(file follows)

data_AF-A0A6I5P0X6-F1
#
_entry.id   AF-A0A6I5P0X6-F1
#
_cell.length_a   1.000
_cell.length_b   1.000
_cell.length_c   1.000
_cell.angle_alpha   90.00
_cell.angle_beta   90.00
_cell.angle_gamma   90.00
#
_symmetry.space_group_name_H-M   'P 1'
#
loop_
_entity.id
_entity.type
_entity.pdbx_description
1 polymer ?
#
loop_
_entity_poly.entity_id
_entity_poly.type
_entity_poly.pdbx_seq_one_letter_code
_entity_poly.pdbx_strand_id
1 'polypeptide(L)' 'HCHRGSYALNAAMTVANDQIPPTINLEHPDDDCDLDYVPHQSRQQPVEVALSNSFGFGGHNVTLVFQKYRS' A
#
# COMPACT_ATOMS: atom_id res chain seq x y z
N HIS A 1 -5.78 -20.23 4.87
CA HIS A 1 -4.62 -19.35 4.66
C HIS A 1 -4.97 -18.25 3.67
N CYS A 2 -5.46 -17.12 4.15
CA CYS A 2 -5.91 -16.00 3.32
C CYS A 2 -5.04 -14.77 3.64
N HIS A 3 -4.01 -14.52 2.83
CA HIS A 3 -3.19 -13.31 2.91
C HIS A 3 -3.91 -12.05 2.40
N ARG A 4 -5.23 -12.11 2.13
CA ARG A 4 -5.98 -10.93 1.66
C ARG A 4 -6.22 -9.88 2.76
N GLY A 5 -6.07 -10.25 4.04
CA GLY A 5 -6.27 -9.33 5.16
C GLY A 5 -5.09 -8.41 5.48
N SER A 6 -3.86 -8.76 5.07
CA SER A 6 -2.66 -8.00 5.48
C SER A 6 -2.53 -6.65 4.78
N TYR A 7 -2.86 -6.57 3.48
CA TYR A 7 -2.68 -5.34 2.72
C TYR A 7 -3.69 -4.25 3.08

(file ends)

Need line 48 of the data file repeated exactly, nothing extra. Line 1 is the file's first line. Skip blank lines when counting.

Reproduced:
C TYR A 7 -3.69 -4.25 3.08